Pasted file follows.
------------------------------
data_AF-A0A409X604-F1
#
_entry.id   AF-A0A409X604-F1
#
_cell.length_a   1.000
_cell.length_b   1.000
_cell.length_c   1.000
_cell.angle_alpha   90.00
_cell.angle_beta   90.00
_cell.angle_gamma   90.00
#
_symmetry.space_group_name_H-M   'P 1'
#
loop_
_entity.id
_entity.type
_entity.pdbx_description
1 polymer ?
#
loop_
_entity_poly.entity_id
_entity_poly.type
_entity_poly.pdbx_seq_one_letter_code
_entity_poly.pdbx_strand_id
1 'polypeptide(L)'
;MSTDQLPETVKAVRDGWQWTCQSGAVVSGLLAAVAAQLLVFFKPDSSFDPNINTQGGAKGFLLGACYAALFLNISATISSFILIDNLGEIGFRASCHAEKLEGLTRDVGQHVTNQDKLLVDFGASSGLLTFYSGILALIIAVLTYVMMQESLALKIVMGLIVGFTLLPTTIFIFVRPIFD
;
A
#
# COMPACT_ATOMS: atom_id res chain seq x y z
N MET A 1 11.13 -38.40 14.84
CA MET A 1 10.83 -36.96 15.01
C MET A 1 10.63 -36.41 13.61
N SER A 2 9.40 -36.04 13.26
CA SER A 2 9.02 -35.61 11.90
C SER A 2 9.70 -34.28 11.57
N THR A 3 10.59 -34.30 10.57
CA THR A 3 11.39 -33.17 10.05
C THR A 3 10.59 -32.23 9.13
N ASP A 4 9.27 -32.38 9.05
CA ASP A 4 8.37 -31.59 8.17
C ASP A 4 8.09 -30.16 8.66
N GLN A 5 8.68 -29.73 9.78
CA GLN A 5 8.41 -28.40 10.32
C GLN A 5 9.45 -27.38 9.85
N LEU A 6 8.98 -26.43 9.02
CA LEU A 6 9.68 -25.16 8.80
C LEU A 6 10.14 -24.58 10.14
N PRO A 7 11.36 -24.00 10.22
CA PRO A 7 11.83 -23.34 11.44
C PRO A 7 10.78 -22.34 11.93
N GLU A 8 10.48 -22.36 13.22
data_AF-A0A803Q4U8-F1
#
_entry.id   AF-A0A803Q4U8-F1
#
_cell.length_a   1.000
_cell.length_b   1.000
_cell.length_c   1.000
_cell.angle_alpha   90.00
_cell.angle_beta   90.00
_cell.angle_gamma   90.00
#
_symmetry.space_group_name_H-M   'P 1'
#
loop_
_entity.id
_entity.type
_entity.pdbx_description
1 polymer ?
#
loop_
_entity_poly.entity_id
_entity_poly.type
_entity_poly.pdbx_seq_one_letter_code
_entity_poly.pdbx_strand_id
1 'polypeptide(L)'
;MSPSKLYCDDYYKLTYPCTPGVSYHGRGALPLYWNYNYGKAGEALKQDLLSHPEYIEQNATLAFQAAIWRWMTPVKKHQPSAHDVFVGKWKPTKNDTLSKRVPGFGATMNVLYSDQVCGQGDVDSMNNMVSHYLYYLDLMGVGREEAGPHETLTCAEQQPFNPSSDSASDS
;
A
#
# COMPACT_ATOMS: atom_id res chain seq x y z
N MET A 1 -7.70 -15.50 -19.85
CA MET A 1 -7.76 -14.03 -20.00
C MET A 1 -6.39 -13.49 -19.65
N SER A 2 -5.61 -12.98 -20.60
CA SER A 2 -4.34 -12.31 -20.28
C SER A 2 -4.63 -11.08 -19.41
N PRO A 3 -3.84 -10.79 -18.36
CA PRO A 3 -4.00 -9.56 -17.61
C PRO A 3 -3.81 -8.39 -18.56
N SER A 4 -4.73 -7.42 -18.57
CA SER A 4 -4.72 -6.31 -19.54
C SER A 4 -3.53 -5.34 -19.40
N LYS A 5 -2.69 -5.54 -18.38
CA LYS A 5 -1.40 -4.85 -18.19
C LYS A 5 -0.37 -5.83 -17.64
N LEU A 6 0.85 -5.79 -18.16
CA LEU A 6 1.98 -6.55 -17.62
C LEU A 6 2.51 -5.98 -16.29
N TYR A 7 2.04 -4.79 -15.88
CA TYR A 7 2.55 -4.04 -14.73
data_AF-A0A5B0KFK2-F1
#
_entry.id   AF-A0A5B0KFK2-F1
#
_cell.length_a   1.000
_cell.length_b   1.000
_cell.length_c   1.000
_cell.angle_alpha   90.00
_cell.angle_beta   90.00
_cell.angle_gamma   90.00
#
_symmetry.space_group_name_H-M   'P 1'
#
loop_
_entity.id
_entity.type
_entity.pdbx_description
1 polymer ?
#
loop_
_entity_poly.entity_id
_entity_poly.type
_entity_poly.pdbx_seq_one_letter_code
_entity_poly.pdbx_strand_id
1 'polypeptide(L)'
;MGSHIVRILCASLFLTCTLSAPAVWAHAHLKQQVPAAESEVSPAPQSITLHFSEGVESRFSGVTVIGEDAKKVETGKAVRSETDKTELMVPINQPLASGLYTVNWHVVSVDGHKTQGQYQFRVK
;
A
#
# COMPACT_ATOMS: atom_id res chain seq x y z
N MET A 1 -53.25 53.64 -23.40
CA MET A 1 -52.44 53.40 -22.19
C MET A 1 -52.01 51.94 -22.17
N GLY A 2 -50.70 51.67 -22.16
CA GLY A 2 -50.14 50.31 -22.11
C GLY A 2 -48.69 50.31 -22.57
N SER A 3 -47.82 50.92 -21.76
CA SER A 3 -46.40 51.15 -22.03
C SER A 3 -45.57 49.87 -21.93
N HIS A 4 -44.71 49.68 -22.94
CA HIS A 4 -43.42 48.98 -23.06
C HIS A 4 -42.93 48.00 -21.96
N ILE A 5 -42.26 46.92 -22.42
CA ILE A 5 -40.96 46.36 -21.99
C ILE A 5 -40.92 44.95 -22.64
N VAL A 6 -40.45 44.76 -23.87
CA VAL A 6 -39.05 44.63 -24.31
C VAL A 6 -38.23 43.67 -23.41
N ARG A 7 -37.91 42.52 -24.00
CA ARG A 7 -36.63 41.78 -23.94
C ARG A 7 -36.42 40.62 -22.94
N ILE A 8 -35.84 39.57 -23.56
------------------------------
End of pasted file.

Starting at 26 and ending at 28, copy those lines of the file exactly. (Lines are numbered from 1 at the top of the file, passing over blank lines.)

;MSTDQLPETVKAVRDGWQWTCQSGAVVSGLLAAVAAQLLVFFKPDSSFDPNINTQGGAKGFLLGACYAALFLNISATISSFILIDNLGEIGFRASCHAEKLEGLTRDVGQHVTNQDKLLVDFGASSGLLTFYSGILALIIAVLTYVMMQESLALKIVMGLIVGFTLLPTTIFIFVRPIFD
;
A